But, incredulous, again and again, I watched as we pushed aside works that everyone acknowledged were more finely wrought, were, in fact, competently wrought, for books that had shot high but fallen short. And every time the book that won was a man's.
    and goes on to add:

    "I just want to say," I said as the meeting closed, "that we have sat here and consistently called books by women small and books by men large, by no quantifiable metric, and we are giving awards to books I think are actually kind of amateur and sloppy compared to others, and I think it's disgusting." (I wasn't built for the board room.) "But we can't be doing it because we're sexist," an estimable colleague replied huffily. "After all, we're both men and women here."
    In response to this perceived bias towards male authors, we have such things as the Orange Prize for Fiction, with a 30,000 cheque for the winner, and open only to women writers, and the Asham Award for unpublished women writers.

    http://www.orangeprize.co.uk/

    http://www.ashamaward.com/

    There are outlets like Mslexia, for women writers only:

    http://www.mslexia.co.uk/index.php

    And then there is the organisation Vida, representing Women in Literary Arts:

    http://vidaweb.org/

    Conan McMurtrie recently asked: Is there any justification for the Orange Prize:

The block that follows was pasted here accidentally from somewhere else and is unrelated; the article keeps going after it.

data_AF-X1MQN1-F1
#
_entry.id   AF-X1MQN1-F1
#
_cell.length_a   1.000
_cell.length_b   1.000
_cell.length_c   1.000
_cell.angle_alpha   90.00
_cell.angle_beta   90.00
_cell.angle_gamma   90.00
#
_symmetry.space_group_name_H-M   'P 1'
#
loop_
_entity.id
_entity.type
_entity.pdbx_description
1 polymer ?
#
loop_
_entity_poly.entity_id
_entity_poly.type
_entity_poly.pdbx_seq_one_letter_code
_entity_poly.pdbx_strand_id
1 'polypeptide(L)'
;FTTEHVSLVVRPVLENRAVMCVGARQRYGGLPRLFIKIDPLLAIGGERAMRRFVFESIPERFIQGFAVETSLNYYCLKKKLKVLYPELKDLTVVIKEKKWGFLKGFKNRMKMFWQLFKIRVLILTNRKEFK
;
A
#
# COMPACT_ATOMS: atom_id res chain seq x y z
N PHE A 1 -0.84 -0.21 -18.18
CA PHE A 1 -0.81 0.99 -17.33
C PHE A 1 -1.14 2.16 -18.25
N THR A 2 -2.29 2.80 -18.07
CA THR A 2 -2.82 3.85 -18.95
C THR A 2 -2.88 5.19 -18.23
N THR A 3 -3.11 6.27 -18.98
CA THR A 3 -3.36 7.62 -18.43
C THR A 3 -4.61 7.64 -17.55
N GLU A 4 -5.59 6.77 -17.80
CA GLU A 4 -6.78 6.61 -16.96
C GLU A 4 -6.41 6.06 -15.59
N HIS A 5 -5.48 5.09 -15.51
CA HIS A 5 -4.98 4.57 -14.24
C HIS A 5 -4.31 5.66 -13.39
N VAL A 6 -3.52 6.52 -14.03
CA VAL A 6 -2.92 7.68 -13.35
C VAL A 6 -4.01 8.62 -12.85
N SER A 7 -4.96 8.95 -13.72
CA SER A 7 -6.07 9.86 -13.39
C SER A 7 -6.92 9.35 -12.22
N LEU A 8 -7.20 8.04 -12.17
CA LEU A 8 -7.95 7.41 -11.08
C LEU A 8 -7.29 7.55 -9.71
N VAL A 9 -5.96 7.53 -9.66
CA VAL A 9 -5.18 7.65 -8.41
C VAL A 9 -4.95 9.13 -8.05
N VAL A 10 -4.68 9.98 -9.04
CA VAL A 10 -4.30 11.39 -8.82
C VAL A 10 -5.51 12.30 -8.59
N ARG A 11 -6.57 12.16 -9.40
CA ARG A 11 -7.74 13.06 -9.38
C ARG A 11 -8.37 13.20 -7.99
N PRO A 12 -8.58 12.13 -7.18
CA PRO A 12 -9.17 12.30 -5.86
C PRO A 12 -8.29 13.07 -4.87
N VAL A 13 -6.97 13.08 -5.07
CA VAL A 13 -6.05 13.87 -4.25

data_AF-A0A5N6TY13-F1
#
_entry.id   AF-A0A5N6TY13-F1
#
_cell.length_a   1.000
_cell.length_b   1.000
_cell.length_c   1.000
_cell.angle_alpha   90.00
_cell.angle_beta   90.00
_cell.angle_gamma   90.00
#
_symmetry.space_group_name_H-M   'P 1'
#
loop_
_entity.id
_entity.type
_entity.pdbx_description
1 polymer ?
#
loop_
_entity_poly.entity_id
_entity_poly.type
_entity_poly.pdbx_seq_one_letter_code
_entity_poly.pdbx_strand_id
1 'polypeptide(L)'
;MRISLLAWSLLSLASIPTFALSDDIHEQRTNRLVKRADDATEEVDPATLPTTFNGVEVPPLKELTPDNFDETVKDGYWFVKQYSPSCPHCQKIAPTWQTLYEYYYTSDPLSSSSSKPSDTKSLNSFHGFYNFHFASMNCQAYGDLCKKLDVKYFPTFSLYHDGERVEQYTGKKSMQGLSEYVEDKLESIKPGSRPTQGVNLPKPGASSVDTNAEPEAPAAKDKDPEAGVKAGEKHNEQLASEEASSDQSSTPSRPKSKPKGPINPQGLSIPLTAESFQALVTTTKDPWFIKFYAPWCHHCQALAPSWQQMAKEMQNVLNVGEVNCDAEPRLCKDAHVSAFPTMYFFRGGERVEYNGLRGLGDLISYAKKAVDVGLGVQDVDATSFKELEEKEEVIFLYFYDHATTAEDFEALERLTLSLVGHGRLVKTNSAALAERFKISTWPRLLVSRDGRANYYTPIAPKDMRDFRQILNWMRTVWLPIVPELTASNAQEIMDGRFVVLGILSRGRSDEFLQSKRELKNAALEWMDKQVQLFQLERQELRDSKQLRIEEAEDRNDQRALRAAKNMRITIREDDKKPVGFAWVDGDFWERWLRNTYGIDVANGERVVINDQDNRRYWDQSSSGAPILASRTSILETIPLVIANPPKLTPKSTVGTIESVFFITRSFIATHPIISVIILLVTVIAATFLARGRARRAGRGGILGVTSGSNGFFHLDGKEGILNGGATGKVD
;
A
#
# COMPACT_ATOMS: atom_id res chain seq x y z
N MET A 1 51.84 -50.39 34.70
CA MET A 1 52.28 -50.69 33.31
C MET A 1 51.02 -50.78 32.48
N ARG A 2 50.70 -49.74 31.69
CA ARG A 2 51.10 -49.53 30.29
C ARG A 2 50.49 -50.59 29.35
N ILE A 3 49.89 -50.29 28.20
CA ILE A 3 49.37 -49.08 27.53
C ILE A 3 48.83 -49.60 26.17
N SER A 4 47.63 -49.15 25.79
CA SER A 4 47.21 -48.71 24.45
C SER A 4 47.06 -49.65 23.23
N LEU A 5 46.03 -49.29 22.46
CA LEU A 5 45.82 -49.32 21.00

http://www.mouthlondon.com/arts/is-t...-orange-prize/

    while Sophie Cunningham talks of forming an organisation and setting up something like the Orange Prize in Australia, saying:

    We don't accept the suggestion that women's writing is inferior. Instead of exercising howling restraint, we've chosen the path of joyful celebration, of action.
    There's no doubt that many women see a bias towards male writers, and many have strong feelings about it.

    What do you think?

    Is there a bias?

    Have the Orange Prize, launched in 1996, the Asham, MsLexia, Vida etc helped in any way?

    If we start with the assumption that women write just as well as men, do male writers write 'better' fiction: fiction that is more ambitious or broader in scope, more interesting or somehow more worthy?

    How do we explain the male dominance in awards that have mixed judges?

    Should we even care about these awards and who wins them?

  2. #2
    practical experience, FTW Dave Veri's Avatar
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    Are you trying to invite a discussion or publish a Website?

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    Quote Originally Posted by Dave Veri View Post
    Are you trying to invite a discussion or publish a Website?
    Discussion.

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    Just another face in a red jumpsuit shelleyo's Avatar
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    Quote Originally Posted by Dave Veri View Post
    Are you trying to invite a discussion or publish a Website?
    You're complaining that he included lots of information on both sides of the issue when starting a discussion?

    Shelley
    "Now, come on, as you guys get older you'll realize people don't mean to be obnoxious, it's just that they're all screwed up inside." -- Joel, MST3K, Gamera

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    Your Genial Uncle Absolute Sage James D. Macdonald's Avatar
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    68 per cent of men who work in the industry earn more than $100,000
    I am frankly incredulous of this statistic. More than $100,000?

    Publishing is notoriously badly paid.

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    Undistractable (on deadline) mccardey's Avatar